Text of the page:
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It's Apple vs Nintendo at GDC.

03-02-2011, 12:45 AM
👮 Spam Police 🚓 [Original Poster]
Joined: Feb 2009
Posts: 6,900
It's Apple vs Nintendo at GDC.

SAN FRANCISCO — It seems like Apple is really trying to steal the show at the Game Developers Conference.

As 18,000 game designers and executives walk toward Moscone Center this week, they will not likely miss the giant Apple logo on the side of the Yerba Buena Center for the Arts right across the street. Apple is expected to take the stage there Wednesday morning and announce the next version of the iPad.

Only thing is, Apple’s presentation isn’t part of the Game Developers Conference, the annual gathering of gamemakers that runs through Friday. Not only that, it’s taking place at the same time as Nintendo President Satoru Iwata’s GDC keynote, in which he will lay out his vision for the company’s future.

Nintendo will launch its glasses-free 3-D game machine, Nintendo 3DS, in the United States on March 27, and buzz around GDC indicates that Iwata’s speech will feature some big news. But with Apple’s event overlapping Nintendo’s, many people may not be there to hear it.

“When you look at the game market, the center of gravity has clearly moved to mobile apps,” said Peter Vesterbacka of Angry Birds–maker Rovio at his GDC presentation Monday. “That’s where the action is, where the new trends are being defined.”

Crashing GDC is a bold move for Apple, a company that has been eating the lunch of the establishment game industry as of late. Research presented at the recent DICE Summit indicates that many hard-core gamers are spending more time playing cheaper, faster mobile and tablet games.

By positioning its iPad 2 announcement on top of GDC’s big show, Apple is slyly engaging in an altogether different sort of disruption. An announcement of a more powerful tablet (possibly including a faster processor and more RAM) could get game creators buzzing this week.

With Apple becoming more and more important in the gaming ecosystem, it’s tough to say which of the two presentations will be more portentous for developers. Chris Grant, editor of the popular AOL-owned blog Joystiq, said he was “conflicted” as to which event to attend.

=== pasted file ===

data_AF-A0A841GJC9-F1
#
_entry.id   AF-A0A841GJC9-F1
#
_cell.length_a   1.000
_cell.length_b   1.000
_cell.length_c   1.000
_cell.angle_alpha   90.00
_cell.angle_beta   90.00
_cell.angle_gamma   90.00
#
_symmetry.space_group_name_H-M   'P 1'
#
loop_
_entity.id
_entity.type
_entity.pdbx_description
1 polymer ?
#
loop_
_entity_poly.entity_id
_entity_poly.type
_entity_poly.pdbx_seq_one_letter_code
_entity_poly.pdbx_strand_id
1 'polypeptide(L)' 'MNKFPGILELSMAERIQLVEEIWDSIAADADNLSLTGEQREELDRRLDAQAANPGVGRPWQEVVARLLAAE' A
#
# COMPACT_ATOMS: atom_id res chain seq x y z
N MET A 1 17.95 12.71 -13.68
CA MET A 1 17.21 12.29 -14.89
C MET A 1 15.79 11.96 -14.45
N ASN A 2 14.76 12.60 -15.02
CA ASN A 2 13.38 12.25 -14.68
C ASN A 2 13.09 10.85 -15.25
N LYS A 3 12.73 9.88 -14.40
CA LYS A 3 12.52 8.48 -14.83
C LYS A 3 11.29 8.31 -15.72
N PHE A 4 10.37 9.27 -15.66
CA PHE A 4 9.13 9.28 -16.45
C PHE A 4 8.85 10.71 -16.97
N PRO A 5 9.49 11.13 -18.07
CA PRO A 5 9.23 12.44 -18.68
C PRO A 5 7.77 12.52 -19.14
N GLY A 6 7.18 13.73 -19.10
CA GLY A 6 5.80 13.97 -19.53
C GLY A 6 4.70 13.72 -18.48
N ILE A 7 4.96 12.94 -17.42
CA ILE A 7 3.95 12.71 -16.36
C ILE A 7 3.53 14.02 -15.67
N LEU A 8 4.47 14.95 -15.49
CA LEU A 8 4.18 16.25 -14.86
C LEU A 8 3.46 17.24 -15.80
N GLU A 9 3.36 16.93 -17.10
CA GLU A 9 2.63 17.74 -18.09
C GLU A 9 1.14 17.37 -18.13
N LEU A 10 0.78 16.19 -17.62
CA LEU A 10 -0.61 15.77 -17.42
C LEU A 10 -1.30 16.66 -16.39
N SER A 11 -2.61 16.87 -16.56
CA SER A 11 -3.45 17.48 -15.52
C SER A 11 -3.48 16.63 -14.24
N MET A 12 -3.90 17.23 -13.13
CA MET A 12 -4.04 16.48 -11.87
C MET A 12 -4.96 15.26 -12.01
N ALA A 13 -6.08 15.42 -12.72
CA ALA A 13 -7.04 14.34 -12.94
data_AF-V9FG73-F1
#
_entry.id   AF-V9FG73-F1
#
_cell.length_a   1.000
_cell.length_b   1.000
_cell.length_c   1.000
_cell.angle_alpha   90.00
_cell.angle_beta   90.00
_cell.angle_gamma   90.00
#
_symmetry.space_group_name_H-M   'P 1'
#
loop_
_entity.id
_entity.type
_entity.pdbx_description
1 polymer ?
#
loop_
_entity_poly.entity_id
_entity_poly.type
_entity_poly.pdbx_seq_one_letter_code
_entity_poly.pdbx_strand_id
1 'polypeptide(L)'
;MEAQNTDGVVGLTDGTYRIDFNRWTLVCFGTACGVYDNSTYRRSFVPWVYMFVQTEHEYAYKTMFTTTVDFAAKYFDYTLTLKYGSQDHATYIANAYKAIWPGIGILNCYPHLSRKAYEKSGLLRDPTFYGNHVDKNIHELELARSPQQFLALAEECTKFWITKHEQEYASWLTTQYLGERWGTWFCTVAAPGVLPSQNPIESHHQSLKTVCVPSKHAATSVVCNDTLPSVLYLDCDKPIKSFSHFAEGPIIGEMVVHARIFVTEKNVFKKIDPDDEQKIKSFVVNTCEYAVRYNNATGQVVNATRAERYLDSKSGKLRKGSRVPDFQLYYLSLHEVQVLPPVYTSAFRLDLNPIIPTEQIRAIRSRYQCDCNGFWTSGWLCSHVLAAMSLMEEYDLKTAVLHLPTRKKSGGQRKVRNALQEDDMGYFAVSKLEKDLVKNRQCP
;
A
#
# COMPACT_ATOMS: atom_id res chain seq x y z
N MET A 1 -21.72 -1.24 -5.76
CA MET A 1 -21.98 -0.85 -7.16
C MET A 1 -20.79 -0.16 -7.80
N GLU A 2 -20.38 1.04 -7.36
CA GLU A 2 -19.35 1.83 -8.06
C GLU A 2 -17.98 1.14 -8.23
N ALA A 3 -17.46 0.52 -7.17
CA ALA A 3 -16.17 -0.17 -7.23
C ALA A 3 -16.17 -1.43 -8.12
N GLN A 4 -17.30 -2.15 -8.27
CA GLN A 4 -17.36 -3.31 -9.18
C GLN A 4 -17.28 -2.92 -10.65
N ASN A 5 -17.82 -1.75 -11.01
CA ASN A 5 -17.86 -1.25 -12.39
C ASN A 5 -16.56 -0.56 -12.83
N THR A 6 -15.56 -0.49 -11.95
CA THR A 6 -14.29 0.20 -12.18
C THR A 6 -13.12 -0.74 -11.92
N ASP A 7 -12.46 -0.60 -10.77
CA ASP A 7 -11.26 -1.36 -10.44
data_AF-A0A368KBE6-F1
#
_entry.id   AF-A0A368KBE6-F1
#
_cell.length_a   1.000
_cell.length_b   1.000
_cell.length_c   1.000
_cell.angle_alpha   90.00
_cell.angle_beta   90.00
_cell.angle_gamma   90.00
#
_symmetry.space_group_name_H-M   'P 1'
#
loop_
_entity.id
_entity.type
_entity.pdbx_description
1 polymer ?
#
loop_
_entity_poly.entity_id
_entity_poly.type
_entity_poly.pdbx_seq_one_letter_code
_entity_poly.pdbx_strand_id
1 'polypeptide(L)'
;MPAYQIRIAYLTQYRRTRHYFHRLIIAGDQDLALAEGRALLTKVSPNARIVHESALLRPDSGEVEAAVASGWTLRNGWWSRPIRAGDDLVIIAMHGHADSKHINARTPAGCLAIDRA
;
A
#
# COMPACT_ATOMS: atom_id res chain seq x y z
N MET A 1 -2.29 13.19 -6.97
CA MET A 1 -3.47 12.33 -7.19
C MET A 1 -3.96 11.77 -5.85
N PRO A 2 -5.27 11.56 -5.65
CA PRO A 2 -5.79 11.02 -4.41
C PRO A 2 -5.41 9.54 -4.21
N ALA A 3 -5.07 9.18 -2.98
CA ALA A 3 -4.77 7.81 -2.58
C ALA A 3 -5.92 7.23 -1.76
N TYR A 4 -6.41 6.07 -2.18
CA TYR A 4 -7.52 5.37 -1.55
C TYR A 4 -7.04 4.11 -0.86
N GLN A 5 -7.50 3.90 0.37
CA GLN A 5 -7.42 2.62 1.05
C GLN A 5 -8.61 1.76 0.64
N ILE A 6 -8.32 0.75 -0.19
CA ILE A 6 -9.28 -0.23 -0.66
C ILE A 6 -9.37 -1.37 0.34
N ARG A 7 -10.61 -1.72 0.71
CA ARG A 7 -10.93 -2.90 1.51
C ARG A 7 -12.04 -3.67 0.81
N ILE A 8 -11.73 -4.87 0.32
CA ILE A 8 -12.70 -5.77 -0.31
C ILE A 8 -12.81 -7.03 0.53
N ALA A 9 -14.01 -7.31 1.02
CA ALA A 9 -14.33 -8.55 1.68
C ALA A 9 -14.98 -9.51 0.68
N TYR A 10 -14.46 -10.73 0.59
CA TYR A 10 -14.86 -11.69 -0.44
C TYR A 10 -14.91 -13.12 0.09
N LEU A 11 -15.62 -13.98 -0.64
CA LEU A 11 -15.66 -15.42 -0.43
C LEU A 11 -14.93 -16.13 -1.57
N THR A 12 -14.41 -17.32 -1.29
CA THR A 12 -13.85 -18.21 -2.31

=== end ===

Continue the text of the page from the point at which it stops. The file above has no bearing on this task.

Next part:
Last year’s iPad announcement was light on gaming content, but Grant said he expected this year’s to feature more gaming news, now that so many thousands of iPad games are available. (Wired.com will cover the Apple event on Gadget Lab and the Nintendo keynote on Game|Life.)

After his presentation, Rovio’s Vesterbacka told Wired.com he most likely would not be able to attend either keynote, but that he would want to hear Apple’s if he had the choice — the Nintendo 3DS is a “known quantity,” he said, versus the still-mysterious tablet refresh.

Then again, Vesterbacka has a dog in this fight. With more than 50 million copies downloaded, Angry Birds has become the poster child for the cheap-mobile-game revolution. The Rovio executive credited Apple with blowing the business wide open.

“We got away from this carrier-dominated, Soviet-style model where other people decided what was a good game,” he said at GDC. Mobile carriers used to decide which few games to feature on its handsets, which Vesterbacka compared to the way the Soviet Union’s central planners created consumer products.

“You don’t need 27 brands of toothpaste, you just need one, and it doesn’t even have to be good,” he said to knowing chuckles from the crowd.

Nintendo, meanwhile, believes in fewer brands of toothpaste. Earlier this month, Nintendo of America President Reggie Fils-Aime said the iPhone’s massive library of inexpensive games constitutes “one of the biggest risks today in our gaming industry.” The glut of “disposable” games on iPhone that don’t provide very much fun or entertainment to users, Nintendo asserts, could end up turning players off of games.

With all the hype over mobile games, it’s Iwata’s job to convince game developers that there is still a compelling reason to create the sort of portable games that Nintendo sells — the kind that come in a box and cost $40 each.

If GDC finds itself abuzz over a new, beefier iPad, Iwata might have an even tougher task in 2011.
03-02-2011, 01:26 AM
Joined: Oct 2008
Posts: 894
Interesting article you clipped, thanks!
What I'm wondering is whether the N3DS will eventually have some sort of mobile game app download functionality included, in the same way that WiiWare apps were available for the Wii. Isn't that the core essence of what the Apple App Store has brought to the table? If they do provide for it, then they're basically going back on what they said. It's going to take balls of steel to resolutely offer only boxed cartridge games. And pray that games are all 100% top quality, because there have been game reviews of poor quality cartridge games in the past for the SNES, N64, Gameboy etc, so that's another problem Nintendo need to address.